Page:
Effective August 1, 2018, all deposit money banks and payment service providers shall report all cyber incidents, whether the attempt was successful or not and immediately.
A draft document on the Risk-Based Cybersecurity Framework and Guidelines for input from stakeholders by the Central Bank of Nigeria (CBN) has mandated banks to incorporate cyber risk management with their institution-wide risk management framework and governance requirements, to ensure consistent management of risks across the institution.
The mandate to report the incidents is coming on the heels of observed under-disclosure and outright non-disclosure of some fraudulent incidents by industry operators.
The development is also an indication that the sector is inching closer to ending the era of unnecessary excuses for withholding important information about system failures, insider-related hacking and frauds that have caused customers and banks billions of naira.
The document also noted that effective risk management reduces adverse impact on an organisation by addressing threats, mitigating exposure, and reducing vulnerability.
As usual, the apex bank has said that once the rule takes off, non-compliance with the provisions shall attract appropriate sanctions to be determined by CBN, in accordance with the provisions of its enabling Act and that of the Banks and Other Financial Institutions Act. It shall also monitor and enforce compliance with the provisions.
By the draft framework, banks are to begin the search for a qualified appointee, who will serve as “Chief Information Security Officer (CISO)” responsible for overseeing and implementing cyber security programmes.
The CISO shall possess adequate authority, experience, independence and status to enable him/her to function properly and shall have a combination of Masters in Cyber/Information Security, Certified Information Systems Security Professional (CISSP) and Certified Information Security Manager (CISM) certifications with in-depth experience in information technology.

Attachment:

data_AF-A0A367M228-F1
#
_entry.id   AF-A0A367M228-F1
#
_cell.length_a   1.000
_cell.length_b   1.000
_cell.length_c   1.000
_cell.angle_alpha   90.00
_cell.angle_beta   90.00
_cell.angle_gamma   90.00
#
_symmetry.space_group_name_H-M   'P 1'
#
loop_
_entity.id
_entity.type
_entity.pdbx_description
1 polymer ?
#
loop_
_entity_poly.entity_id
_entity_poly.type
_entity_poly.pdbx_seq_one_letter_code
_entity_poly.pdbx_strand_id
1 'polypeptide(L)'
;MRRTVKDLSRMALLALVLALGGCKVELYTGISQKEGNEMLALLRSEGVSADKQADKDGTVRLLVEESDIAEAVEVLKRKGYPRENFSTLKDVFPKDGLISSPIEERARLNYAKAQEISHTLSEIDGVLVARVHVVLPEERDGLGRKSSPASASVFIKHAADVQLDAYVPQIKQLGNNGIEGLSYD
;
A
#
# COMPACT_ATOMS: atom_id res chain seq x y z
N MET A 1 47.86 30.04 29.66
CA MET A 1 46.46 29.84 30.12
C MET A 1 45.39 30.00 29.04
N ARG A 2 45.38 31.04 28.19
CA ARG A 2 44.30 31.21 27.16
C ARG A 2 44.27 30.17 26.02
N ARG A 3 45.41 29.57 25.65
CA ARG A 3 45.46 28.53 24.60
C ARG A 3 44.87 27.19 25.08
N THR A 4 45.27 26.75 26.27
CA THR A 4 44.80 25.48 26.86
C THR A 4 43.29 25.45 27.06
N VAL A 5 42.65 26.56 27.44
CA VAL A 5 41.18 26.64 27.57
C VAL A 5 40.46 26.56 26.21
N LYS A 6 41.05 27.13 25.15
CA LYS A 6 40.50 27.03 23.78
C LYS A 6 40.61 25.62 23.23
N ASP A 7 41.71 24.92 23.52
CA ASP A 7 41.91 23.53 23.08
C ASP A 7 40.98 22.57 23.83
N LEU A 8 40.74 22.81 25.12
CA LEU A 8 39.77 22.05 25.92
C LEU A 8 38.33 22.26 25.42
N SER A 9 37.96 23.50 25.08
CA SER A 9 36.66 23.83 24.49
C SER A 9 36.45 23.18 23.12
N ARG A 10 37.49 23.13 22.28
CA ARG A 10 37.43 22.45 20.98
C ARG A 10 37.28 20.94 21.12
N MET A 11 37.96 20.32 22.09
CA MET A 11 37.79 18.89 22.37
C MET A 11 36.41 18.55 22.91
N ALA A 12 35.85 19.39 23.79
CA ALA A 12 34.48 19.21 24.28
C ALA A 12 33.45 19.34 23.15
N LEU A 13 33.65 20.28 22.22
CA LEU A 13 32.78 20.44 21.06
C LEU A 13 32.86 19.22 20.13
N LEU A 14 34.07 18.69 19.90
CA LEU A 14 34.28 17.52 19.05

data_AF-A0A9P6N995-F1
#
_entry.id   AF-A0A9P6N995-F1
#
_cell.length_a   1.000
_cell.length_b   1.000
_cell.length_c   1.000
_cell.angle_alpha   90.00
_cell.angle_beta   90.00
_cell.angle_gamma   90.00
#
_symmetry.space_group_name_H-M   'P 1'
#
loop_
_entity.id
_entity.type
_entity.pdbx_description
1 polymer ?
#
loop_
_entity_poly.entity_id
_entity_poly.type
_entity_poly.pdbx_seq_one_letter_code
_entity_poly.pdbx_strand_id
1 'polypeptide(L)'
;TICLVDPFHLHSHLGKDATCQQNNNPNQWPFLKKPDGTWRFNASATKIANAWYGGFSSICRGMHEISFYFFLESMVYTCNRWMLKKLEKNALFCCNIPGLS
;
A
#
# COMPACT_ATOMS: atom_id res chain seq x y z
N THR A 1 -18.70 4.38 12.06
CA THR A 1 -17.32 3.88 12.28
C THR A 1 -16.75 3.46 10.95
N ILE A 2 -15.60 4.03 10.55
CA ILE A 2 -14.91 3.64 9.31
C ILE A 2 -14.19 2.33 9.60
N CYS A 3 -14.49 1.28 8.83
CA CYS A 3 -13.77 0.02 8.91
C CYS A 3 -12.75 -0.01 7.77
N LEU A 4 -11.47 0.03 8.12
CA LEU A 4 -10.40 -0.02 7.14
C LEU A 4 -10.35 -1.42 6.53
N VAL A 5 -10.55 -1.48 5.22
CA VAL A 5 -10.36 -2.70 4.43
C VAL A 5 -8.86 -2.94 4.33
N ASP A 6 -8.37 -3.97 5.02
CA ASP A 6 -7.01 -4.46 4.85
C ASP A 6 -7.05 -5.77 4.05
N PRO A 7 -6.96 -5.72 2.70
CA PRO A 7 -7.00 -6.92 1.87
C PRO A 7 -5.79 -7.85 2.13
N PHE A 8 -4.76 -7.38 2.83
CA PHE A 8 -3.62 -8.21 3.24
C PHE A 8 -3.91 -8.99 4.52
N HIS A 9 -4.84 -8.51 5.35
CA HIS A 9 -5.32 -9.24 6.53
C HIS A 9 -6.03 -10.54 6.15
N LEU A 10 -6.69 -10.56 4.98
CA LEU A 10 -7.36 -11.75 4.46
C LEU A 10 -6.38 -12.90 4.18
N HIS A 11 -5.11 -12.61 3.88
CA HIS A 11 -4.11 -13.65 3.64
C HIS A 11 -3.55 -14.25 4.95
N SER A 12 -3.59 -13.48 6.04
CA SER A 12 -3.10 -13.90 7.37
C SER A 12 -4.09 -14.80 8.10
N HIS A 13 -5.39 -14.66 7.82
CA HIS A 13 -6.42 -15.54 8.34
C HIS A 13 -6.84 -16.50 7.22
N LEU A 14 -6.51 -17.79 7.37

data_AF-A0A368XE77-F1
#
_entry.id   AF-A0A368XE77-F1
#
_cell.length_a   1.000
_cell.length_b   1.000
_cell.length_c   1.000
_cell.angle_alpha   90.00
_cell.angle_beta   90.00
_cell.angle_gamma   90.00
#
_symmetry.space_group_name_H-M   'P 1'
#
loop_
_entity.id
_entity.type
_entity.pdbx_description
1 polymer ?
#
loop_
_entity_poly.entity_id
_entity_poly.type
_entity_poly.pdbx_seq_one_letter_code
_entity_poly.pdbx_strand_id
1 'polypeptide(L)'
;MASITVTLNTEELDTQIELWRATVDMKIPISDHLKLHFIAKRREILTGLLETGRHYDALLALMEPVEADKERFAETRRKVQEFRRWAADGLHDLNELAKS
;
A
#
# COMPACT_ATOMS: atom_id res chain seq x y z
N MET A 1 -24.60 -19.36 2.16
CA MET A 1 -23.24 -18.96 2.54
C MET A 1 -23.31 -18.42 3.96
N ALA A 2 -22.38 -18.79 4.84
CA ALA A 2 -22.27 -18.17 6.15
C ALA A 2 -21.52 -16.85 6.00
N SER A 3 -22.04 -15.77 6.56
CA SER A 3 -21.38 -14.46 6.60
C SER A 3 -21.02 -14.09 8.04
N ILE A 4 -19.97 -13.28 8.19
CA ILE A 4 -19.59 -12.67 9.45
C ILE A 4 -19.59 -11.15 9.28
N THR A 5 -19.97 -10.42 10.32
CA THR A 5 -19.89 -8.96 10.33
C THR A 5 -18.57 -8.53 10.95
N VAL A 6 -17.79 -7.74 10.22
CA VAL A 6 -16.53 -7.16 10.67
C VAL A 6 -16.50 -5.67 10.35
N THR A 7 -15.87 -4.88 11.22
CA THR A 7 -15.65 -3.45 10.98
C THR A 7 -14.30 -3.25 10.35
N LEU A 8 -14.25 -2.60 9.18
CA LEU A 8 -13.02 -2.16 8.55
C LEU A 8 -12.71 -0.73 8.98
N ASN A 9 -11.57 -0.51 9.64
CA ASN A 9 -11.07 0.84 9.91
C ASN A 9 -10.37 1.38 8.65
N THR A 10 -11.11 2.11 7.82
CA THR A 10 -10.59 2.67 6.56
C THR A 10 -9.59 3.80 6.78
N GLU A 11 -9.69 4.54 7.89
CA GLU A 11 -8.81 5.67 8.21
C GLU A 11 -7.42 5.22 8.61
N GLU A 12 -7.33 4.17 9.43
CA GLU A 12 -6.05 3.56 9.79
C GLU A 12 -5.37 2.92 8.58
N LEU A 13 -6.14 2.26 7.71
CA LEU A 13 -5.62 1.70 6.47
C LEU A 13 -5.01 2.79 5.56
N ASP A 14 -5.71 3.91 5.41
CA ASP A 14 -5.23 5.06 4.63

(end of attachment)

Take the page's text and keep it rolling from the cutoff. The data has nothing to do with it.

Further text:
Banks shall fully take responsibility of cyber incidents as board and senior management are required to support and be involved in the cyber risk management process by ensuring that resources and capabilities are available and the roles of staff properly defined in management of risks.
They “shall endeavour to be acquainted with business environment and critical assets, devise mechanisms to maintain an up-to-date inventory of authorised software, hardware workstation, servers, network devices, other network devices, and internal and external network connections.
“All unauthorised software and hardware device on its network shall also be identified, documented, removed and reported appropriately,” the document notes.
President Muhammadu Buhari, meanwhile, has called on nations where looted assets have been stashed to release them without the usually long technicalities involved in the process of repatriation.
He said this in Nouakchott, Mauritania, during the 31st session of the African Union.
“We must all collectively work to place high on the agenda the need for open and participatory government, as well as the repatriation of stolen assets without procedural technicalities and legal obstacles,” he said.
A statement by his Special Adviser on Media and Publicity, Femi Adesina, said Buhari stressed that, “the scourge of illicit financial flows continues to bite, eating back the gains and militating against the attainment of our aspirations under Agenda 2063 and the Sustainable Development Goals of the United Nations 2030 Agenda.”
He reiterated Nigeria’s abiding commitment to the fight against corruption.